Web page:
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Press Release - 17 February 2006

Problems at World Anti-Doping Agency will ‘drive innocent athletes out of sport’

The current approach of the international agency responsible for fighting the use of drugs in sport will drive innocent athletes out of the Olympic Games, according to an article in the new International Journal of Sports Science and Coaching edited by Dr Simon Jenkins from the University of Bath.

The World Anti-Doping Agency (WADA) was set up in 1999 by the International Olympic Committee and publishes the list of banned substances and monitors drug use in sport through random tests.

In a review of some of the practices and procedures used by WADA, a leading sports scientist from the USA and a top marathon coach from the UK have identified major problems that they believe will lead to innocent athletes paying the price for a flawed anti-doping system.

Key to their finding was a lack of scientific evidence and protocol at the heart of WADA’s operations.

“Drug testing and classification should be a scientific affair, unfortunately WADA appears to have little to no understanding of the criteria for science,” said Dr Brent Rushall from San Diego State University, a four-time Olympic Team psychologist for Canada, who co-wrote the article with Max Jones, a multiple age-group world-record holding runner who has studied the drugs in sport movement.

“The actions and scope of WADA are causes for grave concern for the anti-drugs in sport movement. It is inevitable that if WADA continues its practices, professional athletes will be driven out of the Olympic Games.”

Problems identified by the authors include:

  • Substances included in WADA’s banned list are based on speculation rather than scientific evidence
  • WADA’s clandestine sample collection procedures appear to ignore basic scientific guidelines
  • The way WADA lists banned substances does not conform to usual scientific practice, leading to confusion for coaches and athletes

The authors cite the hysteria surrounding Anabolic Androgenic Steroids (AAS) as an example of WADA’s poor use of science. There is no consistent evidence to suggest that AAS directly enhance sports performance, yet they remain a key feature of the WADA banned substance list.

WADA’s clandestine testing procedures appear to ignore basic scientific protocols. One high profile example of this was the former British middle-distance runner, Diane Modahl, whose urine sample was left at room temperature for more than 48 hours – allowing bacteria to change the nature of the sample.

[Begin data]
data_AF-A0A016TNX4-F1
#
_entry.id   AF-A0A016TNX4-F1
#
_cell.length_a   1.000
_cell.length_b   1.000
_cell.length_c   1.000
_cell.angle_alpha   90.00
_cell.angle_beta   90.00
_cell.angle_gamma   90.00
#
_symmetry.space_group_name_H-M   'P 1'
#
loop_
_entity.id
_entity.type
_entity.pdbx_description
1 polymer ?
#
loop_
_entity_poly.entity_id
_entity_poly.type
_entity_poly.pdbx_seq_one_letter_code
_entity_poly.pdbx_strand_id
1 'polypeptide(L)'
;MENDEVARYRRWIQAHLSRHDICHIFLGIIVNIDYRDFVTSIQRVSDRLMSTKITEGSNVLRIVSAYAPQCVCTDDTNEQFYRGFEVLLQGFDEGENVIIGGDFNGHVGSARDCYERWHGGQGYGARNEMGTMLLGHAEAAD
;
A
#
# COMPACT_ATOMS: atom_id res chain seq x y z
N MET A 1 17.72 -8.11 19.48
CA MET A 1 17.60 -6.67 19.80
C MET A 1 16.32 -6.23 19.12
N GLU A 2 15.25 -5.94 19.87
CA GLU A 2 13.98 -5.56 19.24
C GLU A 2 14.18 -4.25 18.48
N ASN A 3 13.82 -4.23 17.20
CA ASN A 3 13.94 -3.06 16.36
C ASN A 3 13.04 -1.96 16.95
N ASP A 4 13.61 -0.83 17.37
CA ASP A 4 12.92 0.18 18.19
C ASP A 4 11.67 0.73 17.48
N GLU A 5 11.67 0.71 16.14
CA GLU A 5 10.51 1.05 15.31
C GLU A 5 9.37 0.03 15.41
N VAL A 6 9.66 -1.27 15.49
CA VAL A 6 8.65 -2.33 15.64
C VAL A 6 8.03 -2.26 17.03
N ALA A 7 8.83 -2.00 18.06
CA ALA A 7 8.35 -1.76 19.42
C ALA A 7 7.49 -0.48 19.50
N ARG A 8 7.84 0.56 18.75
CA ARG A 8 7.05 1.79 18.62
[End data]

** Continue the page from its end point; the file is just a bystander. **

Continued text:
“WADA’s procedures for collecting and analysing samples do not usually follow the minimal guidelines for preserving the integrity of samples,” said Dr Rushall.

“Similarly, the WADA banned-substances list is falsely assumed to include all of the substances that enhance sporting performance. That assumption is false. The WADA method of adding substances to its banned list appears to be based on speculation.

“Athletes are threatened and punished on the basis of the false premises involved in the inclusion of substances and methods on the WADA banned list.”

Max Jones added: “Sport will change, possibly forever, because of the actions of WADA.”

“The activities of WADA and its affiliates, having gone unquestioned for so long by governments, the media and the public, need to be exposed, and a better anti-doping agency installed in its place, one which is ethically based and accountable to the world’s finest athletes.”

Dr Simon Jenkins from the Department of Sports Development and Recreation at the University of Bath, who founded and edits the International Journal of Sports Science and Coaching, said: “Coaches and sports scientists have a moral responsibility to educate athletes about the perils and folly of taking drugs that are purported to enhance performance in sport.”

“Organisations have this responsibility, too. Brent and Max draw attention to serious problems with doping control in sport and a failure of the World Anti-Doping Agency to embrace the ethics and methods of modern pharmacology and medical science.”

The International Journal of Sports Science and Coaching is a new peer-reviewed journal, which aims to bridge the gap between coaching and sports science. The journal aims to support the development of a community in which sports coaches and scientists learn from each other, with scientific research being embraced in practice.

Other articles in this issue include an insight into the importance of control in coaching, original research on the determinants and reactions to athlete dissatisfaction, and a review of common misunderstandings about endurance exercise.

The University of Bath is one of the UK's leading universities, with an international reputation for quality research and teaching. In 16 subject areas the University of Bath is rated in the top ten in the country. View a full list of the University's press releases: http://www.bath.ac.uk/news/releases

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